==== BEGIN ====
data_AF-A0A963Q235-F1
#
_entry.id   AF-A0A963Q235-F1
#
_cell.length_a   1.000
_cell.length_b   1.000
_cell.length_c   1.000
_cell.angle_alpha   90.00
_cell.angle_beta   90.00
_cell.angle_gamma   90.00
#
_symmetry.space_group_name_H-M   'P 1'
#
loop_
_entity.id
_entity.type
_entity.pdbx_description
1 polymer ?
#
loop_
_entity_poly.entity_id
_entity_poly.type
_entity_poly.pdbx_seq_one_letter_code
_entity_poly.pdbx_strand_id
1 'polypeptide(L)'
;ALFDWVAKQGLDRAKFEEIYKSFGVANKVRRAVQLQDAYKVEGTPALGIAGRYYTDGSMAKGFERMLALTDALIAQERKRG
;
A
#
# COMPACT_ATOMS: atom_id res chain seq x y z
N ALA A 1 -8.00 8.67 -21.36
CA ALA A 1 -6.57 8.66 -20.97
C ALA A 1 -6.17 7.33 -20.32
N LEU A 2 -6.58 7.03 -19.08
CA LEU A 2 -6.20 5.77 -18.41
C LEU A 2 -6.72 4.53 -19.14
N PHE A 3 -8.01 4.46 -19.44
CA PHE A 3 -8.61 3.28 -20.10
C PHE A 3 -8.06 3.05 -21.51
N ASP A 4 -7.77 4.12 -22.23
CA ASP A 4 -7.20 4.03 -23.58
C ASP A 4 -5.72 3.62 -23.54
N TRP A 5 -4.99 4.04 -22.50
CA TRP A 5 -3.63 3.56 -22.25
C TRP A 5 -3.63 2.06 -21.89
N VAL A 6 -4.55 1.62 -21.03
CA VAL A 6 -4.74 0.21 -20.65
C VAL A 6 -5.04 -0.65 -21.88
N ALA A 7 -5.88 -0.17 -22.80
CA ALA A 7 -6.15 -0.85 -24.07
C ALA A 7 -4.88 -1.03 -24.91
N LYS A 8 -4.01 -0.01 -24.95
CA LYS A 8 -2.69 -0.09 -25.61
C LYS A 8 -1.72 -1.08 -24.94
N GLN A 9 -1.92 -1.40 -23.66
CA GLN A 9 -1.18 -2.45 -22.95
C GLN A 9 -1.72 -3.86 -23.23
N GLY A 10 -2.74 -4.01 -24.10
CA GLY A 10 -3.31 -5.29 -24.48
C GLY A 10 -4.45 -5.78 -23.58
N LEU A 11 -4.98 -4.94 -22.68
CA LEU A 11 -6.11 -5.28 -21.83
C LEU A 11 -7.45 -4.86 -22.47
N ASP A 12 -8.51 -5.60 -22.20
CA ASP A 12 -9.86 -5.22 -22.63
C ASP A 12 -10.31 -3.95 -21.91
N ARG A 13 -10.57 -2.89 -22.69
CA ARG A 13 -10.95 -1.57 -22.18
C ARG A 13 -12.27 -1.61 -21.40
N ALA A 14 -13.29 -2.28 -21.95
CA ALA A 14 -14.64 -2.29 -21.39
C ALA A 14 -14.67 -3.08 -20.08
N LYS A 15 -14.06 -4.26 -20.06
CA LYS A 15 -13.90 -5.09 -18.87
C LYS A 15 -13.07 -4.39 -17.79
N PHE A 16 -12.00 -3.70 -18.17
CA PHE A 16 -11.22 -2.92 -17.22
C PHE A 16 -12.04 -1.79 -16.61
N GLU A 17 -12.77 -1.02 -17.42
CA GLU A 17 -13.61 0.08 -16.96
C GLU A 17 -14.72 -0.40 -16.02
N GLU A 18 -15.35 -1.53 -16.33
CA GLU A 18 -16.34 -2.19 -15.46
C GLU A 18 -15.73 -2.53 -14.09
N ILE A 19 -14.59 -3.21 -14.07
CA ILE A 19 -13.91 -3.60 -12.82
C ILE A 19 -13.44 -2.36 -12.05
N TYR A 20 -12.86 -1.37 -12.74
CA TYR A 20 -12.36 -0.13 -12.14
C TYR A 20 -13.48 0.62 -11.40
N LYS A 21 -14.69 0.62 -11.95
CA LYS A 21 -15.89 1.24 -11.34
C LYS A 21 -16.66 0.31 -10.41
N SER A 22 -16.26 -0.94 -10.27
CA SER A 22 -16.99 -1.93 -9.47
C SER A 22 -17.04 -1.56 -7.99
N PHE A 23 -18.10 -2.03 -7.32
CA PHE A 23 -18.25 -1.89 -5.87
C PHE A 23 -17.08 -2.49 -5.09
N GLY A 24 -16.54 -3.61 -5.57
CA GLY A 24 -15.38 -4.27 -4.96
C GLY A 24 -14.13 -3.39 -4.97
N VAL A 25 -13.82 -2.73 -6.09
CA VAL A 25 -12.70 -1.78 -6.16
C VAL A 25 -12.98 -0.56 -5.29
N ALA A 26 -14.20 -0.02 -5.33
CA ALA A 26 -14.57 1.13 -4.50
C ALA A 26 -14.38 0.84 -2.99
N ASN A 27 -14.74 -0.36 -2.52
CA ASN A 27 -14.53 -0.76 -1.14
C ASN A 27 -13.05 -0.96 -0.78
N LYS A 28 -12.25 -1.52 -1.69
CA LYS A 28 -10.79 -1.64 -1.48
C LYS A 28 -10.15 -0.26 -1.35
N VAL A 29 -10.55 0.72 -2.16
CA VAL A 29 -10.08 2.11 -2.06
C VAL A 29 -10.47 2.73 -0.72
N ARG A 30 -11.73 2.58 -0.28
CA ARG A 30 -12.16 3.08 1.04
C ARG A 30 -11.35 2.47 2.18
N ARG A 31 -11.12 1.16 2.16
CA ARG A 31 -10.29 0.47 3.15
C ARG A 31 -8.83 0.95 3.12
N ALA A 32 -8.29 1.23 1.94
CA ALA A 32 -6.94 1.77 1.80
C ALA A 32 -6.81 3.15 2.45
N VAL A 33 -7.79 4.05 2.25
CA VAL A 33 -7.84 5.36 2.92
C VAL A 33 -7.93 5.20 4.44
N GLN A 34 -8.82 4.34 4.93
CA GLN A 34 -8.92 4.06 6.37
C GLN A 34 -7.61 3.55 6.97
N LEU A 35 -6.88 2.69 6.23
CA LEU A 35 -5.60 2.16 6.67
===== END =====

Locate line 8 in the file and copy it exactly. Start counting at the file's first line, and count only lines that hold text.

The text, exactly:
_cell.angle_alpha   90.00